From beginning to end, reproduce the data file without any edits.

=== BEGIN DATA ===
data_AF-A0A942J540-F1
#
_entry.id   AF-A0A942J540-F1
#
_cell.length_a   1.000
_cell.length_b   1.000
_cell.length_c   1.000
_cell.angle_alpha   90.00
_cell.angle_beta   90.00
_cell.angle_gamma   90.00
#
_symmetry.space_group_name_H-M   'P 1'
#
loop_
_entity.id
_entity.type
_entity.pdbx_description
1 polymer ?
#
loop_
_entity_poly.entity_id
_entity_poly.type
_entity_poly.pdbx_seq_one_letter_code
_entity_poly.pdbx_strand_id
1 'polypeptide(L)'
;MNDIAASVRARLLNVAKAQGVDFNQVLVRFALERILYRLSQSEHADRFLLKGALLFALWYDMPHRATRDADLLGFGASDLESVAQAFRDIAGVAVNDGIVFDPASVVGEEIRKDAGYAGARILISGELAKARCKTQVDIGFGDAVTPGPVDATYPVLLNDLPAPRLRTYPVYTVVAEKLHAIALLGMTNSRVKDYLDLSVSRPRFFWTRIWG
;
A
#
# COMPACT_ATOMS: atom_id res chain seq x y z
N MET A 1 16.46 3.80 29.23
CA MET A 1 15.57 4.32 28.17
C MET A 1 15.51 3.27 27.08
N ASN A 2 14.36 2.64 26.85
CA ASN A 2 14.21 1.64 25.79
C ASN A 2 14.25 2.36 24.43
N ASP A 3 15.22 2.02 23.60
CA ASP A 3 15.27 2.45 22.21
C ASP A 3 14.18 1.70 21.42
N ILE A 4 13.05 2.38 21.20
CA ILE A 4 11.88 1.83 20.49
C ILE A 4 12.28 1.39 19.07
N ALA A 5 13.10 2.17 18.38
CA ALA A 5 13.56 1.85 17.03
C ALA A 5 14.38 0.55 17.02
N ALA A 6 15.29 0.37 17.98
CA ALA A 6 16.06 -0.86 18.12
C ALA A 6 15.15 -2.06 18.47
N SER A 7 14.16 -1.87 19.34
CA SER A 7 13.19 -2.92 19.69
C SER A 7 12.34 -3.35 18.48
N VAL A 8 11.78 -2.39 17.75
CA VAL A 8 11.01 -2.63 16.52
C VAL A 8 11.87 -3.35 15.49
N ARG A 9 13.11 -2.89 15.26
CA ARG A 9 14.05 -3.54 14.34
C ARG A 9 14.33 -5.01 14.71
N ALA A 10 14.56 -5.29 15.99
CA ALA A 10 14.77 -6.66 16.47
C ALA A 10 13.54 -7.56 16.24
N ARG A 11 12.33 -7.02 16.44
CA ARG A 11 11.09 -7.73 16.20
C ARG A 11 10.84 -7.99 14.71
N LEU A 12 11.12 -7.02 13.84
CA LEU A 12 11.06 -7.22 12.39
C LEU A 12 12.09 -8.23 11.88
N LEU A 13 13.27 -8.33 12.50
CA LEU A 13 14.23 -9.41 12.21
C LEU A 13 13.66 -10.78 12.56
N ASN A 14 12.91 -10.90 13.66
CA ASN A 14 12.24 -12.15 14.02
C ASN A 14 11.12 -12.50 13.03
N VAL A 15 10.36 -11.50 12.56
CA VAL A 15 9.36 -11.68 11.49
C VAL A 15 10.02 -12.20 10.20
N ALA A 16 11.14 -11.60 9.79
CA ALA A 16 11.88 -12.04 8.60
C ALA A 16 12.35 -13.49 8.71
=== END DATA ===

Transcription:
data_AF-A0A942J540-F1
#
_entry.id   AF-A0A942J540-F1
#
_cell.length_a   1.000
_cell.length_b   1.000
_cell.length_c   1.000
_cell.angle_alpha   90.00
_cell.angle_beta   90.00
_cell.angle_gamma   90.00
#
_symmetry.space_group_name_H-M   'P 1'
#
loop_
_entity.id
_entity.type
_entity.pdbx_description
1 polymer ?
#
loop_
_entity_poly.entity_id
_entity_poly.type
_entity_poly.pdbx_seq_one_letter_code
_entity_poly.pdbx_strand_id
1 'polypeptide(L)'
;MNDIAASVRARLLNVAKAQGVDFNQVLVRFALERILYRLSQSEHADRFLLKGALLFALWYDMPHRATRDADLLGFGASDLESVAQAFRDIAGVAVNDGIVFDPASVVGEEIRKDAGYAGARILISGELAKARCKTQVDIGFGDAVTPGPVDATYPVLLNDLPAPRLRTYPVYTVVAEKLHAIALLGMTNSRVKDYLDLSVSRPRFFWTRIWG
;
A
#
# COMPACT_ATOMS: atom_id res chain seq x y z
N MET A 1 16.46 3.80 29.23
CA MET A 1 15.57 4.32 28.17
C MET A 1 15.51 3.27 27.08
N ASN A 2 14.36 2.64 26.85
CA ASN A 2 14.21 1.64 25.79
C ASN A 2 14.25 2.36 24.43
N ASP A 3 15.22 2.02 23.60
CA ASP A 3 15.27 2.45 22.21
C ASP A 3 14.18 1.70 21.42
N ILE A 4 13.05 2.38 21.20
CA ILE A 4 11.88 1.83 20.49
C ILE A 4 12.28 1.39 19.07
N ALA A 5 13.10 2.17 18.38
CA ALA A 5 13.56 1.85 17.03
C ALA A 5 14.38 0.55 17.02
N ALA A 6 15.29 0.37 17.98
CA ALA A 6 16.06 -0.86 18.12
C ALA A 6 15.15 -2.06 18.47
N SER A 7 14.16 -1.87 19.34
CA SER A 7 13.19 -2.92 19.69
C SER A 7 12.34 -3.35 18.48
N VAL A 8 11.78 -2.39 17.75
CA VAL A 8 11.01 -2.63 16.52
C VAL A 8 11.87 -3.35 15.49
N ARG A 9 13.11 -2.89 15.26
CA ARG A 9 14.05 -3.54 14.34
C ARG A 9 14.33 -5.01 14.71
N ALA A 10 14.56 -5.29 15.99
CA ALA A 10 14.77 -6.66 16.47
C ALA A 10 13.54 -7.56 16.24
N ARG A 11 12.33 -7.02 16.44
CA ARG A 11 11.09 -7.73 16.20
C ARG A 11 10.84 -7.99 14.71
N LEU A 12 11.12 -7.02 13.84
CA LEU A 12 11.06 -7.22 12.39
C LEU A 12 12.09 -8.23 11.88
N LEU A 13 13.27 -8.33 12.50
CA LEU A 13 14.23 -9.41 12.21
C LEU A 13 13.66 -10.78 12.56
N ASN A 14 12.91 -10.90 13.66
CA ASN A 14 12.24 -12.15 14.02
C ASN A 14 11.12 -12.50 13.03
N VAL A 15 10.36 -11.50 12.56
CA VAL A 15 9.36 -11.68 11.49
C VAL A 15 10.02 -12.20 10.20
N ALA A 16 11.14 -11.60 9.79
CA ALA A 16 11.88 -12.04 8.60
C ALA A 16 12.35 -13.49 8.71